The health care executive's role in addressing burnout

I have been a health care leader at Virginia Mason Health System for over 30 years, as well as an executive sensei to other health care organizations. It has been my experience that burnout among our health care team members is often caused by the failure of health care leaders to evolve – to advance their mindsets, management methods and systems – fast enough to keep up with the increasingly challenging complexities in health care.

Virginia Mason has long prided itself on being an exceptional place to work. Founded nearly one hundred years ago as a physician group practice, Virginia Mason maintained a culture that values team work and quality. We believed that practicing in a group setting allows physicians to work collaboratively to provide the best possible care for patients, and to be supported in a rewarding work environment. However, that mindset is now far too simplistic.

In 1967, Peter Drucker, a management ‘guru’, wrote that hospitals were the most complex organizations ever created. They have certainly become even more so. Developments, including new technology, sub-specialization of medicine, and the Electronic Medical Records (EMR) system, are now layered on top of poorly designed processes.

Yet management systems that are intended to provide better support to physicians, nurses, and pharmacists have not been improved, and health care teams cannot keep up with the new demands and challenges they face. Patients and providers are paying the price for the absence of a sustainable management system, and the lack of urgency to implement continuous, meaningful process improvements.

Virginia Mason spent the past 20 years working to adopt a management system based on the core principles of continuous improvement, eliminating waste and defects, and demonstrating respect for people by giving staff the opportunity and expectation of driving improvement efforts. In this process, we learned a great deal from Toyota and other manufacturing companies who were pioneers of new methods of leading an organization.

When we began to change our mindsets as leaders, our (sensei) teachers encouraged us to go out into the organization to see what was happening on the front lines where care was being delivered to patients. The sensei would ask me to stand in the same place on a hospital floor, or in a clinic, and observe the movement of staff, the movement of supplies and equipment, and watch what was happening to the patient.

When we began to change our mindsets as leaders, our (sensei) teachers encouraged us to go out into the organization to see what was happening on the front lines where care was being delivered to patients.

It was awkward at first and I wasn’t sure what I was looking for. “No talking, no asking people questions” the sensei would tell me, “just watch.” Gradually, I was able to see the chaos and waste endemic in our organization. I saw nurses in the hospital leaving patient rooms multiple times to find supplies, and standing in line to get patient medications from the dispensing units. I watched physician assistants frequently interrupted by pages from nurses and residents, and physicians in the clinic hurriedly reviewing patients records, as the patients waited there in front of them, to see what preventative tests needed to be ordered. I also recall doctors apologizing to patients for how long they had waited to get an appointment, and then waited again to be called back into the exam room at their appointment.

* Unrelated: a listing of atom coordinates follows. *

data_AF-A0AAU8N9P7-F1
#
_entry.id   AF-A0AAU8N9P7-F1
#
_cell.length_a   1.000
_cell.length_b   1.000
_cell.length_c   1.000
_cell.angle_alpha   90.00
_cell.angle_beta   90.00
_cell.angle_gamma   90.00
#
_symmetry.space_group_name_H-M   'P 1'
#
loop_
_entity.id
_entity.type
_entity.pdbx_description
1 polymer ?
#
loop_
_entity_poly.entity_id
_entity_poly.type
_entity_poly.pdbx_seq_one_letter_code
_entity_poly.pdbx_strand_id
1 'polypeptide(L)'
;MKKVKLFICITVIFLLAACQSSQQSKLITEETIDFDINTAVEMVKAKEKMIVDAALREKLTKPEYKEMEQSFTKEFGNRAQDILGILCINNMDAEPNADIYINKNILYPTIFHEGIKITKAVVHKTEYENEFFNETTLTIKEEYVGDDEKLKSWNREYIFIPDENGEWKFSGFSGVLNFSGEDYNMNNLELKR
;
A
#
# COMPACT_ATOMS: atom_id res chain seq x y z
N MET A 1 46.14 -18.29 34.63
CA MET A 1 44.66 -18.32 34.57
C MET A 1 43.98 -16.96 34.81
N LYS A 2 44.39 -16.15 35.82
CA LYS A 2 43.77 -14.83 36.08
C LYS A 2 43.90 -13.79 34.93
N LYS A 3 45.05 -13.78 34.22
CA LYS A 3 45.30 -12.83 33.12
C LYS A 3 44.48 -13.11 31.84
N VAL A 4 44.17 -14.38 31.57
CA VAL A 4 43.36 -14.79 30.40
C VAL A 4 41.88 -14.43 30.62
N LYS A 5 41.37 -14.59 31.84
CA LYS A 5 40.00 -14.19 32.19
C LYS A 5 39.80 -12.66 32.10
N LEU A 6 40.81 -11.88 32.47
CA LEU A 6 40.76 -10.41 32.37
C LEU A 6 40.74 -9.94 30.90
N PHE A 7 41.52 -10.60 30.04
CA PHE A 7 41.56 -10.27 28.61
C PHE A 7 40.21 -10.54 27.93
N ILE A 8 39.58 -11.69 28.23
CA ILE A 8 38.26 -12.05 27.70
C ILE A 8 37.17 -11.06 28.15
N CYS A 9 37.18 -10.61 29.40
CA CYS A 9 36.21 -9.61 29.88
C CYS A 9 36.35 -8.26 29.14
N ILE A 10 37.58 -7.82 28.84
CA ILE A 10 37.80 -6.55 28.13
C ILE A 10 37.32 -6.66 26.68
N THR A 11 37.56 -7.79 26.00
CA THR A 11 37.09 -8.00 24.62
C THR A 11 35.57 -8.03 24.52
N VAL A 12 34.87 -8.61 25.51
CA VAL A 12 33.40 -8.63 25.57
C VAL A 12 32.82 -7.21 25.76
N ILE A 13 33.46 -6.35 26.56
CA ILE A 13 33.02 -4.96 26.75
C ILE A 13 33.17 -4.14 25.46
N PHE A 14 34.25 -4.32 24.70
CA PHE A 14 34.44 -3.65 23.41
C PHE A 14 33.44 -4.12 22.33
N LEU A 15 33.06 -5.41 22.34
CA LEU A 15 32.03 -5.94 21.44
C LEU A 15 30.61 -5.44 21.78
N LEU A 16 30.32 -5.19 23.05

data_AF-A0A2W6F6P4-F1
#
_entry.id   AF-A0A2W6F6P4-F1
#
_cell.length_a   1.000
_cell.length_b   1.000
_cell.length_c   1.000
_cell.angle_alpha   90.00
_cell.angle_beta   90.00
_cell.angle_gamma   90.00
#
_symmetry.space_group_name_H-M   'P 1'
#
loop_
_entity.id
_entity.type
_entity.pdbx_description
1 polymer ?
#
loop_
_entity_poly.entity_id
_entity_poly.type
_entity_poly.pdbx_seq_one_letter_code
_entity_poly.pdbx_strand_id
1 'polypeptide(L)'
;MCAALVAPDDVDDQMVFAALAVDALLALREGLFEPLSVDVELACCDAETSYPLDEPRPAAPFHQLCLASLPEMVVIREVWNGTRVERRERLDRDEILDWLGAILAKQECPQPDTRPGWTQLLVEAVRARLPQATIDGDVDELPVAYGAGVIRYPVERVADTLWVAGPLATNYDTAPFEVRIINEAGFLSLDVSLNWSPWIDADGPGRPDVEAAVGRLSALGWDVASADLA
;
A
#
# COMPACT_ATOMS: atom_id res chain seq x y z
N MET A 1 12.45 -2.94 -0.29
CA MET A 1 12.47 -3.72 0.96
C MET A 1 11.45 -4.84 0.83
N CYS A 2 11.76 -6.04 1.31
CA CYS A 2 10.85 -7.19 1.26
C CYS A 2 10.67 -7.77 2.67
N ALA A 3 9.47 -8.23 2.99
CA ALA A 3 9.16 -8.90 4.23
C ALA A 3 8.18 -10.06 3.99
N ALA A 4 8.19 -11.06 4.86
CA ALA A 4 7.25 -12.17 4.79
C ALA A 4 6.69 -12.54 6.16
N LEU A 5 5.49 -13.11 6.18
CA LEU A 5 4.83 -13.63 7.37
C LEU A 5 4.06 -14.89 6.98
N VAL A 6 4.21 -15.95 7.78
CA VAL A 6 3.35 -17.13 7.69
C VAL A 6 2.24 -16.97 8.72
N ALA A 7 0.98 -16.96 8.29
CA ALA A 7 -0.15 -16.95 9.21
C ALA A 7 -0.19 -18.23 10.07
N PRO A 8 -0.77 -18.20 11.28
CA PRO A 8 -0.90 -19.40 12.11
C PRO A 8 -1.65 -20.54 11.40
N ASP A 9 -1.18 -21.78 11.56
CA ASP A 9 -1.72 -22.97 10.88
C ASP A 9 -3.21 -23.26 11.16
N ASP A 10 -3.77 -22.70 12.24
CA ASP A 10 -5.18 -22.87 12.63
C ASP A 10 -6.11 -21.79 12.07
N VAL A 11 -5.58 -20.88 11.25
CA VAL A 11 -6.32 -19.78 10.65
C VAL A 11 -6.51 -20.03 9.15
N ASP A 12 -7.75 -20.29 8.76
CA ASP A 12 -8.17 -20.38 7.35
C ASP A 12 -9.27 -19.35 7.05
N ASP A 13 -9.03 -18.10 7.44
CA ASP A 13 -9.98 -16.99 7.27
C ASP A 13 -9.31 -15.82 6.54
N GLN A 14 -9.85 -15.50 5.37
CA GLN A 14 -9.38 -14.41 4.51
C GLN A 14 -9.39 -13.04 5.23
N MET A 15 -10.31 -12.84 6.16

The sensei asked me, “What are you doing about the rework (waste) that they are having to manage?” – referring to the nurses, doctors, medical assistants. They pointed out, “It is very disrespectful to your team members that they are having to do so many things that are wasteful because the processes are poorly designed. This is your job as the leader.” This fundamentally changed my view of what my role as a leader was and where I should focus my time.

Recently, I spoke with an Internal Medicine physician who had left Virginia Mason for several years to set up her own practice, looking for more control over her work, and then chose to return. When I asked her why she had chosen to come back to Virginia Mason, given that she had many choices, she said, all of the organizations she considered faced similar challenges but Virginia Mason was the only organization that seemed interested in making things better for providers.

She also appreciated that Virginia Mason had a method for identifying issues and making process improvements in an ongoing, sustainable way. The environment was different to her from when she was first at Virginia Mason. There was now an emphasis on having everyone participate in driving improvements – it was no longer top down. She was impressed by the strides in efficiency – lab and image results are available in minutes when it used to take hours.

We as leaders need to innovate our management systems in order to provide respect and support to our team members, so that they too can be adaptive and innovative in meeting challenges and change. A quote from W. Edward Deming, an engineer who helped the Japanese to rebuild their industry Post-World War II really resonates with me: “Bad process will beat good people every time.”

When I do rounds in our organization, I often see staff members trying to make a difference for their patients but running into barriers. As leaders we must change our mindsets, how we do our work, and be prepared to create the necessary urgency to engage the people doing the work to create and sustain good processes.